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Sunshine on My Shoulder

JULY IS A MONTH of independence! School is out, kids are home and vacations are in full swing! The garden is full of green and sparkles after all of spring’s preparation–or is it? When the temperature heats up, who wants to spend hours working in the hot sun? Not this reluctant gardener, for sure! I want to sit back and sip a cool libation and dream of soft sea breeze kissing my face!

Dreams are nice, but to appreciate independence there is always some work that must be done. My suggestion for this July:

1. Mow and edge the lawn weekly—set the blade a little higher now that the summer heat has set in.

2. Pull weeds as soon as they appear—a daily check of flower beds makes weeds easier to control and less likely to spread. Kids could easily be taught to make a game of this. Most weeds—win a prize!

3. Trim unruly new growth on shrubs and trees—doing this now will prevent clipping growth that may hold blooms for next spring. When fall comes around clipping should be discouraged.

4. Pinch the annuals to make them spread—blooming annuals need a little pinched off at the tip to make the plant sprout a new growth stem and not get too spindly. Also, remember to deadhead the finished blooms. Pinch them off and turn them into the soil near the plant. If they had seeds, they may come back next spring.

5. Water thoroughly at least once a week—this means the whole yard. Let the sprinkler run until you start to see a small puddle. Hopefully this will keep the lawn and the plants quenched.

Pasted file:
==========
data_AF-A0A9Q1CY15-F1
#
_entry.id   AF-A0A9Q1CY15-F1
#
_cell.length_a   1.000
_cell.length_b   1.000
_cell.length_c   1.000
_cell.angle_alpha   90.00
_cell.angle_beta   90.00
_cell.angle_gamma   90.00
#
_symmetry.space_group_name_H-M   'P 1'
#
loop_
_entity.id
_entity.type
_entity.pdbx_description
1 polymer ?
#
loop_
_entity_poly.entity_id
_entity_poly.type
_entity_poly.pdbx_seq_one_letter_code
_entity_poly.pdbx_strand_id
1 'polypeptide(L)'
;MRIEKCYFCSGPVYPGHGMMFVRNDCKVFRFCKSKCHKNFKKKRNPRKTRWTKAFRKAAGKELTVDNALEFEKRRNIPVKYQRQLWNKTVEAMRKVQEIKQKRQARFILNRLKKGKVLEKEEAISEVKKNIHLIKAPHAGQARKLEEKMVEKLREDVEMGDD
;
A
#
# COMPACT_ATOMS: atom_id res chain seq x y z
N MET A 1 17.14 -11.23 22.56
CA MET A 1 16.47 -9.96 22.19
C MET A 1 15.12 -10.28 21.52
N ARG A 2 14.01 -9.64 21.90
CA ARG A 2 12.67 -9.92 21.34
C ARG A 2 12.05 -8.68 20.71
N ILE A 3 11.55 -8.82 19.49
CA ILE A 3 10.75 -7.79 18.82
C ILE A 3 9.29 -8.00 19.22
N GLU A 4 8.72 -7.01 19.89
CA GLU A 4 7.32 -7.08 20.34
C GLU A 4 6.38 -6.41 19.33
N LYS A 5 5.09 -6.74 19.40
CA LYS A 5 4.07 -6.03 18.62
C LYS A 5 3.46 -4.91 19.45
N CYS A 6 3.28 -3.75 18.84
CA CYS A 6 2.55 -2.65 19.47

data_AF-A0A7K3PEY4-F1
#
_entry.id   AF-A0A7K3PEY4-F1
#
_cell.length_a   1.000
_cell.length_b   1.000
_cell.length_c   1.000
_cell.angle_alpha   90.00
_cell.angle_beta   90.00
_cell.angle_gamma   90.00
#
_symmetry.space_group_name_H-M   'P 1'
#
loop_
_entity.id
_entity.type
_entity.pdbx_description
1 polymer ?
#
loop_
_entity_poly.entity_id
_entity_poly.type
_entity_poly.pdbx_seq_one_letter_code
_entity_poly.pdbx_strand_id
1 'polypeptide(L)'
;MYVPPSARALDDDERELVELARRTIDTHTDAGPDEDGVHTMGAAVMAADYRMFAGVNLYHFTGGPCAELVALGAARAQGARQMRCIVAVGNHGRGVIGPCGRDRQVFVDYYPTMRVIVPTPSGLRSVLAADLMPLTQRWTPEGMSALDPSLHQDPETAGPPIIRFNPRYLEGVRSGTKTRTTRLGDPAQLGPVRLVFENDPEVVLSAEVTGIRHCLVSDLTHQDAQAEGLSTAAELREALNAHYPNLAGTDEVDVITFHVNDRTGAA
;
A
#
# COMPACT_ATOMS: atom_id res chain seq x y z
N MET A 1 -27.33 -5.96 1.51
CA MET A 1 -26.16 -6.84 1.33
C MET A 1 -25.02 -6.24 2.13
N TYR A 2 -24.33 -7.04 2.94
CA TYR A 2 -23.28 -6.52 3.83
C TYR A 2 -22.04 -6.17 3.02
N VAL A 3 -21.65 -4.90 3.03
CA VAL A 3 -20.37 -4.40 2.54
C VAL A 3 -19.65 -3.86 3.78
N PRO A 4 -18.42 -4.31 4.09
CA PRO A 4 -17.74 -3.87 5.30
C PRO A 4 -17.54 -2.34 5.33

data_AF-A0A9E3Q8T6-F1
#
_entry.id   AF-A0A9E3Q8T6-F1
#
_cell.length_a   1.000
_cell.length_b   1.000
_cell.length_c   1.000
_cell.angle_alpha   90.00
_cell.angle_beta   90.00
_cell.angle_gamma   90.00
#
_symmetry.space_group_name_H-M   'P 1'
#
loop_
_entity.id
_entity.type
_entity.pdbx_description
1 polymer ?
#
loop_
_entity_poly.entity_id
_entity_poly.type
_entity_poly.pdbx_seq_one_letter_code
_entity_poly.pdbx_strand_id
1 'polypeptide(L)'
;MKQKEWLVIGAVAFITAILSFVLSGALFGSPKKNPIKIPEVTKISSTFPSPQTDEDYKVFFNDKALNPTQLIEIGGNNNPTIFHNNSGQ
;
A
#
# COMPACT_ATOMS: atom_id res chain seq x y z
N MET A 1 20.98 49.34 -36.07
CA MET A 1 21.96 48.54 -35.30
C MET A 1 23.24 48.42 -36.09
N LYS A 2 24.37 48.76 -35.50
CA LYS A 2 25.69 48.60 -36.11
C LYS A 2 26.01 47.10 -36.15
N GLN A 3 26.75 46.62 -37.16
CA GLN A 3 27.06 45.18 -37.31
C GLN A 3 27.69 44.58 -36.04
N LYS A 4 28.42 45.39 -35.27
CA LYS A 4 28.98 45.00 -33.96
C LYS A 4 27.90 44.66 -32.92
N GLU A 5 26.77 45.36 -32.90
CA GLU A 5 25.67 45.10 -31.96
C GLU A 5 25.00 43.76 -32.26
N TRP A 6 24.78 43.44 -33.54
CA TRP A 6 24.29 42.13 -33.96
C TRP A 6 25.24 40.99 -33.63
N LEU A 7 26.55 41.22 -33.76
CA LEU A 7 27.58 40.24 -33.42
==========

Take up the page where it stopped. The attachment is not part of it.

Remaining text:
6. Add some easy care bloomers—daylilies would be a great addition to any sunny spot in the yard. They are easy to care for, will multiply easily so give them space and come in a wonderful variety of colors and sizes. Plant now and watch them bloom ‘til frost sets in, and then watch them return next year.

7. Finally, to honor the summer sun, plant sunflower seeds. This is a fun project for the whole family. Purchase some small, planting containers or use an egg carton and some potting soil. Place one or two seeds in each compartment. Keep them moist and in partial sun. When the sprouted plant is 4-6 inches tall, replant in a sunny garden. About 60 days later you should have some buds and then a welcome bit of color in the garden. Seeds are edible (birds love them too). Watch the big sunflowers follow the sun!

Now, go enjoy your independence: splash in a cool pool, sip lemonade and laugh when the sunshine lands on your shoulder! Summer in the garden can be a vacation every day!

Email your gardening questions and comments to Lisa at shakeslyons@aol.com. 



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